Intel's Leadership, New Microprocessor Will Propel Stock Higher
Helen is a member of The Motley Fool Blog Network -- entries represent the personal opinion of the blogger and are not formally edited.
Investors and analysts are closely watching the activities of companies in the technology industry. Tech giants like Apple (NASDAQ: AAPL), Google (NASDAQ: GOOG) and Microsoft (NASDAQ: MSFT) have been the center of daily Wall Street conversations driven by high expectations. The strong competition to develop highly innovative products between the companies also creates high enthusiasm among consumers and investors. The three companies are also competing to gain larger markets shares in the mobile device market. Each company dominates a specific business segment in the technology industry. Apple has the largest tablet market share (61.4%), Google dominates the search engine market share (66.2%) while Microsoft has the largest control over the operating systems market share (84.11%).
Investors are also closely monitoring Intel (NASDAQ: INTC) to determine if it is good for long-term investment. I believe Intel is an excellent investment. For the past ten years, Intel remains the world leader in the semiconductor industry. In 2011, the company‘s microchip revenue was $48.7 billion with 15.6 % market share. Its revenue was up by 26.6 % compared from the previous year. Its competitors are behind in terms of microchip revenue and market share. Samsung had $28 billion revenue and 9.2% market share; Texas Instruments with $14 billion revenue and 4.5% market share; Qualcomm with $11 billion revenue and 3.3% market share; STMicroelectronics with $10 billion revenue and 3.1% market share and Micron Technology with $7 billion revenue and 2.4% market share, respectively.
Intel holds the largest market share in the microprocessor business. The company dominates the desktop PC processor, mobile processor and server/workstation processor segments with 76.1%, 82.3% and 94.3% market shares respectively. Advanced Micro Devices , Intel’s strongest microprocessor business competitor is far behind with only 23.8%, 17.6% and 5.7% market shares in desktop PC processor, mobile processor and server/workstation processor segments respectively.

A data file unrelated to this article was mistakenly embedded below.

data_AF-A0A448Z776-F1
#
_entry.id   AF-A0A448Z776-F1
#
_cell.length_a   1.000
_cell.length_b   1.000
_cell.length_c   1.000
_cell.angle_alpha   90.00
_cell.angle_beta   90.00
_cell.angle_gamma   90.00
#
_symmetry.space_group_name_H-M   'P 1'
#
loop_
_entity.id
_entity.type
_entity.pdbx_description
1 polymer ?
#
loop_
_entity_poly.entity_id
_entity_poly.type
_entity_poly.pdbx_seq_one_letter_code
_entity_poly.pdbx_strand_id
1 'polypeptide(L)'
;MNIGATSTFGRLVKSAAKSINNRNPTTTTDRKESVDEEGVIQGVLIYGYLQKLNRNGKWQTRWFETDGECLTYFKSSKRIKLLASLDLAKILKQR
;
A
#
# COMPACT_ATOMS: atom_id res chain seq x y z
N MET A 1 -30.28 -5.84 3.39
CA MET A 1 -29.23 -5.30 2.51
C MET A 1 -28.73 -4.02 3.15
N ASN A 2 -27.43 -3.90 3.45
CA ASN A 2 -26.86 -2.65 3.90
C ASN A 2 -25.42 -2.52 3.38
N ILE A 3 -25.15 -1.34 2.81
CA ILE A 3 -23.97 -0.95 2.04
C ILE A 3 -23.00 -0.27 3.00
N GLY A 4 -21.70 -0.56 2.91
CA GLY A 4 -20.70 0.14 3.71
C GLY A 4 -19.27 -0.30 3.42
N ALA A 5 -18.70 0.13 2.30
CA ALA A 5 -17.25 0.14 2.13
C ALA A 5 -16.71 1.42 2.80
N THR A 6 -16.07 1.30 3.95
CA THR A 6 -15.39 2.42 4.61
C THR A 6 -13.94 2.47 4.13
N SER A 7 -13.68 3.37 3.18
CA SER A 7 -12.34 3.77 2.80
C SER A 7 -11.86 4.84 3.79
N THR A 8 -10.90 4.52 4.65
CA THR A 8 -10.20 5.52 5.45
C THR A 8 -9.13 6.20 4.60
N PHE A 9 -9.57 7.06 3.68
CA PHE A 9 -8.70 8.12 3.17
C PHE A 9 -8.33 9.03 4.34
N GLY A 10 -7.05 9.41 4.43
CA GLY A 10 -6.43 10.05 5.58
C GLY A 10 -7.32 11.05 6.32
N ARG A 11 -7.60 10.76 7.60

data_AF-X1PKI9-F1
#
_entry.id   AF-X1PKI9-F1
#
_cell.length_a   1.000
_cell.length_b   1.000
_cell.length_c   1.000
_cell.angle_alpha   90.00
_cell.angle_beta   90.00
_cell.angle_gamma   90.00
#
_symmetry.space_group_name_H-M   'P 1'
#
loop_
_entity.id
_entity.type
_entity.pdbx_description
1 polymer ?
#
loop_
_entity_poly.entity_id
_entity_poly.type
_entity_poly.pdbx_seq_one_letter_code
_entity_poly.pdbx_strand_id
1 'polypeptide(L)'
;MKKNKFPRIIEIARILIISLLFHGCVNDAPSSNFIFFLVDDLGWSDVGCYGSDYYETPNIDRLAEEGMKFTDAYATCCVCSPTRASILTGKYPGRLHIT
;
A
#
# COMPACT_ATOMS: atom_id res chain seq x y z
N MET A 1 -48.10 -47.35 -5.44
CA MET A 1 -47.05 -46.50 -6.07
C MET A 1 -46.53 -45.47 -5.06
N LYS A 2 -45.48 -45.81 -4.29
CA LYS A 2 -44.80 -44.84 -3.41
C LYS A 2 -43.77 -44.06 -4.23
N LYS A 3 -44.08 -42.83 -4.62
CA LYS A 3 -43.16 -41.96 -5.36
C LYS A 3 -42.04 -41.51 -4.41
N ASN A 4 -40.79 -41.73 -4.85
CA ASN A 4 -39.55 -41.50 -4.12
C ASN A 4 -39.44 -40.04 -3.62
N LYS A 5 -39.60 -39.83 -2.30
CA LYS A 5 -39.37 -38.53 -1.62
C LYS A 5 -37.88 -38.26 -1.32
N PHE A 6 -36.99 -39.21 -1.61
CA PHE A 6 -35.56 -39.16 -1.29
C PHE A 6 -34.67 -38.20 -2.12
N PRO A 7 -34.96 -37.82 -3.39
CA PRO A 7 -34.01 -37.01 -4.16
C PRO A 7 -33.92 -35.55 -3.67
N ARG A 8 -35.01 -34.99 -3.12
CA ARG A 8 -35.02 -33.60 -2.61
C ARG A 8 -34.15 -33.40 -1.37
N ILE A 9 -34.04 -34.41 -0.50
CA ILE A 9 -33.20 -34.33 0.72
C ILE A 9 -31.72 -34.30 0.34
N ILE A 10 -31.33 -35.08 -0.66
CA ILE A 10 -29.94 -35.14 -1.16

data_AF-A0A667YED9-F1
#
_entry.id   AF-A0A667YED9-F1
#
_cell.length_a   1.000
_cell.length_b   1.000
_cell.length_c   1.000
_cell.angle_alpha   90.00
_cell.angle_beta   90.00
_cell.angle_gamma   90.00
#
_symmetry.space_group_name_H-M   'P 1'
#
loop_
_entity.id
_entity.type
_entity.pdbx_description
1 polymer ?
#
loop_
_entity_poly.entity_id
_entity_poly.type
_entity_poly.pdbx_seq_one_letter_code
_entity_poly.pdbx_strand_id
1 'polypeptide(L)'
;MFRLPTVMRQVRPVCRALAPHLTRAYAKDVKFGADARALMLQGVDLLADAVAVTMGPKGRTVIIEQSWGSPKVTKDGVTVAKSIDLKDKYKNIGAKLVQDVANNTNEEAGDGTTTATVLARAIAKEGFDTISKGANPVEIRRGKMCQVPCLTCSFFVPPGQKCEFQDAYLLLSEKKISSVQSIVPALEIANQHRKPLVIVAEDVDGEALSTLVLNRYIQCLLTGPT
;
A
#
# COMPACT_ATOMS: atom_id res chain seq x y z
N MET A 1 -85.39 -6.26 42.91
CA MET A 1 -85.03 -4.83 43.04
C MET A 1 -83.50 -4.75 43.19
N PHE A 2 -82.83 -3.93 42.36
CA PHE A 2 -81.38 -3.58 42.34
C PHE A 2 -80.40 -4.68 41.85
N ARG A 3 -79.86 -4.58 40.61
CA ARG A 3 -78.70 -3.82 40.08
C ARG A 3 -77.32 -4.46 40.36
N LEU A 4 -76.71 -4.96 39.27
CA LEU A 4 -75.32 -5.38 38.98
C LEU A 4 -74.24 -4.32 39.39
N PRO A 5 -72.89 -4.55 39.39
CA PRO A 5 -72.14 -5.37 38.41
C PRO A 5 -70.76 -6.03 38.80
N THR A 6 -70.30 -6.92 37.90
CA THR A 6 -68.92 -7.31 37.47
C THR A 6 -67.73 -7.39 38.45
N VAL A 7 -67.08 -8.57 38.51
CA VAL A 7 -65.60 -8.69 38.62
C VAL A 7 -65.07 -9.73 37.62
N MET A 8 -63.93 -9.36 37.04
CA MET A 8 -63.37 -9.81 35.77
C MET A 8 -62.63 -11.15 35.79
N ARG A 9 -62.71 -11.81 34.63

At present, Intel’s market value is more than $137 billion. The company’s total assets are more than $71 billion and its cash on hand is around $15 billion. Its total liabilities are $25 billion. For the past 10 years, Intel recorded a consistent increase in revenue from more than $26 billion in 2002 to $54 billion in 2011. The company’s average net profit margin is more than 18% during the 10-years period. Based on these figures, Intel is financially healthy.
Intel’s stock price is currently trading at around $28 per share. The company has less than $3 EPS and the P/E ratio is 11. Based on the 52-week range, Intel’s stock price increased from $19 to more than $28. Although several analysts are less enthusiastic and still weighing the over-all performance of the market, they believe that Intel has more room to grow. In fact, Warren Buffet added Intel in his portfolio and the stock value is worth more than $200 million based on Berkshire Hathaway’s 13-F third quarter filing. This is a good sign that Intel stock will increase over the years. RBC Capital Markets analyst Doug Freedman estimated that Intel will generate $13.5 billion revenue and the company’s target stock price is $32 per share on the 2nd quarter this year. According to Freedman, the new 22-nanometer Ivy Bridge microprocessor with 3D transistors is the main driving force for the company’s revenue increase. The Ivy Bridge is smaller, more powerful and more energy efficient compared to the Sandy Bridge microprocessor available in the market today.